It is a perpetual movement of a very strong undulation, showing itself lower than that which one naturally feels in the region of the heart.

…it is a sign which will never deceive, which will enable us to very easily recognize the adhesion of the pericardium, even when it is complicated with other diseases of the heart or chest.

Sanders 1823: 156-157

Controversy…not many people agreed

Laënnec acknowledged Sanders, Kreysig and Heim in his book Traité de l’auscultation médiate et des maladies des poumons et du cœur, but was unable to replicate the sign in any of his patients

I have understood that an English physician, Dr. Sanders, has announced as an infallible sign of the adhesion of the pericardium to the heart, the existence of a hollow, during each systole of the organ, in the epigastrium, immediately below the left false ribs. Kreysig attributes the same remark (vol. ii. p. 623) to Dr. Heim of Berlin. During the last two years, I have sought in vain to verify this observation among all my patients who presented any disorder of the circulation; and in none of them have I found the epigastric depression, although several had this very adhesion of the pericardium.

Laënnec 1832 [English translation 1837: 732]

James Hope (1801 – 1841) was equally as dismissive as he proposed his own sign for adhesive pericarditis

These signs have generally been considered very obscure. Dr. Sanders believed that he had discovered one of a positive nature in a dimple or retraction taking place, as he states, during the ventricular systole, in the epigastrium immediately below the left false ribs. I have searched for this attentively in several cases of adhesion, but have not been able to detect it in any degree which could constitute a sign. Laennec, who was equally unsuccessful, thinks that it could not take place unless the stomach, by adhering both to the diaphragm and the abdominal parietes, formed the medium of retraction.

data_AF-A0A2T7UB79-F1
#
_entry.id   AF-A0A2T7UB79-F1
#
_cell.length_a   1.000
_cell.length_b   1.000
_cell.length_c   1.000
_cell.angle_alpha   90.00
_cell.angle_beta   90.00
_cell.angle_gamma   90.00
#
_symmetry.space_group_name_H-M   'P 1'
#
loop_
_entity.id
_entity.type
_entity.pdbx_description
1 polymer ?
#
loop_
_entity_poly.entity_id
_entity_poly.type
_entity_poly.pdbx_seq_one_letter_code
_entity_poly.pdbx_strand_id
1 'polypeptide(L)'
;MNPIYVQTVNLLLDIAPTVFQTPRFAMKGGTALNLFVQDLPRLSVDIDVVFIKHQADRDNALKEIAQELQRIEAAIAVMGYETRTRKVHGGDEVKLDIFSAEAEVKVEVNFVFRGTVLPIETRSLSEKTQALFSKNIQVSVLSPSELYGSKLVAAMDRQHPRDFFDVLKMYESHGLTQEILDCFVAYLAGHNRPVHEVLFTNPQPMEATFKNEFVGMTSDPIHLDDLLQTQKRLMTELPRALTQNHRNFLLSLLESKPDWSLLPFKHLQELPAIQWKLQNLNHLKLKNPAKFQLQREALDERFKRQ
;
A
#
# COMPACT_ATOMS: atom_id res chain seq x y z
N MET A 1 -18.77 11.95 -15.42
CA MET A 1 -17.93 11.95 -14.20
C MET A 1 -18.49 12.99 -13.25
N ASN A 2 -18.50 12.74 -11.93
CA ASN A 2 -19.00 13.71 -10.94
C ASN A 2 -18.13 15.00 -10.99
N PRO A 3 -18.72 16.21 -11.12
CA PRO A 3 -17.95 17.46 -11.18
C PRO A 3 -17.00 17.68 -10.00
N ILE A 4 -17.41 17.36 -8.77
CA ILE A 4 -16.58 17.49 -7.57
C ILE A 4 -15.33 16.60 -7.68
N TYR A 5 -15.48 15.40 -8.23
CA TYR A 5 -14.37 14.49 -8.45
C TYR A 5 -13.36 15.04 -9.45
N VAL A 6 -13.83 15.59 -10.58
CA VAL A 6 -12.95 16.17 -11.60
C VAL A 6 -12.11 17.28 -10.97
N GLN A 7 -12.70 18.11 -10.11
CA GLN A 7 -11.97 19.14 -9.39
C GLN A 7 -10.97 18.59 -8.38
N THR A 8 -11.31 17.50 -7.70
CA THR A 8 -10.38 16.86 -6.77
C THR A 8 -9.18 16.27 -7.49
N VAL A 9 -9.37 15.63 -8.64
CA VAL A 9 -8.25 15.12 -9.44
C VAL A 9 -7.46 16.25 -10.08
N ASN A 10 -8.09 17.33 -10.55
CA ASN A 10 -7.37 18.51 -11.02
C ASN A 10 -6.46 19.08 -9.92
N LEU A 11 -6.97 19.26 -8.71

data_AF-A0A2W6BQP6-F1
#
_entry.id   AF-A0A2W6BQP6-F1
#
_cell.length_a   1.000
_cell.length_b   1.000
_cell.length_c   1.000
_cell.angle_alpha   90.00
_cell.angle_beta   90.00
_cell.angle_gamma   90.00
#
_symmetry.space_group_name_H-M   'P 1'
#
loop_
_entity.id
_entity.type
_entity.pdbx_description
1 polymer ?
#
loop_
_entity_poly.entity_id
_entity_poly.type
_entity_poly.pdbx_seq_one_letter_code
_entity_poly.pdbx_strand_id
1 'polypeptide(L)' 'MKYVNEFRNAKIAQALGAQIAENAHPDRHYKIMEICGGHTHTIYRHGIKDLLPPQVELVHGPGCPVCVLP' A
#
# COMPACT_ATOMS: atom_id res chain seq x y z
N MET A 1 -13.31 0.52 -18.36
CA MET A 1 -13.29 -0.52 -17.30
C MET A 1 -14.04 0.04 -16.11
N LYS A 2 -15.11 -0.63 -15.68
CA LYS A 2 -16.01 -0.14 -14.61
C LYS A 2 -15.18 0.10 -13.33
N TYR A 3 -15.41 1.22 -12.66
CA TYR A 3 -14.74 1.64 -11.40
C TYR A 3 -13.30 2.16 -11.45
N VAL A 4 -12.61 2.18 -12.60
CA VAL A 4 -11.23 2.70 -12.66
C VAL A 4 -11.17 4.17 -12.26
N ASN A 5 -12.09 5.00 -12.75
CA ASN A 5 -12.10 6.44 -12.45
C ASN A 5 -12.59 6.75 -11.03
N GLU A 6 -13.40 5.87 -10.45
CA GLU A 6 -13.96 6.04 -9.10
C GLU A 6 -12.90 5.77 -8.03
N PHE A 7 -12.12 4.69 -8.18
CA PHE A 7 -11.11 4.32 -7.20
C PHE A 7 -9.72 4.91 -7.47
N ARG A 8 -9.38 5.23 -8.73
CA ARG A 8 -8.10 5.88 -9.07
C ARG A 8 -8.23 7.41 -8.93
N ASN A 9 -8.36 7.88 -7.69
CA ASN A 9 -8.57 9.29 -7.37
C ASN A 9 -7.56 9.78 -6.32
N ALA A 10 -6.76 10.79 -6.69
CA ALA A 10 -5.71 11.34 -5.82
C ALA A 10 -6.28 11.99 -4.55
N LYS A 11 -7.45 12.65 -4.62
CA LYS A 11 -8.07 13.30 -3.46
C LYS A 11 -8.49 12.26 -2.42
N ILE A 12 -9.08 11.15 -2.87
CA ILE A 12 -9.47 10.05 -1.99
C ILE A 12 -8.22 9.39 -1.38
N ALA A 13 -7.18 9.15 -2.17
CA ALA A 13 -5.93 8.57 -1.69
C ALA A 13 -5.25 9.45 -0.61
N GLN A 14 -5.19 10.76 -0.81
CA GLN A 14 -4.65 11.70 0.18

James Hope 1832: 129

Jean-Baptiste Bouillaud (1796 – 1881) references Dr James Sanders, but once again has been unable to observe the sign in adherent pericarditis

M. le docteur Sander(s) a donné comme signe de l’adhérence du péricarde au cœur un signe que je n’ai pas eu l’occasion de constater: “un mouvement perpétuel d’une très forte ondulation se montrant plus bas que celle que l’on sent naturellement dans la région du cœur”

Bouillaud. Traité de nosographie médicale. 1846; I: 416

Doctor Sander(s) gave as a sign of the adherence of the pericardium to the heart a sign that I have not had the opportunity to observe: “a perpetual movement of a very strong undulation showing itself lower than the one we naturally feel in the region of the heart

Bouillaud. Traité de nosographie médicale. 1846; I: 416

Major Publications


BA MA (Oxon) MBChB (Edin) FACEM FFSEM. Emergency physician, Sir Charles Gairdner Hospital.  Passion for rugby; medical history; medical education; and asynchronous learning #FOAMed evangelist. Co-founder and CTO of Life in the Fast lane | Eponyms | Books | Twitter |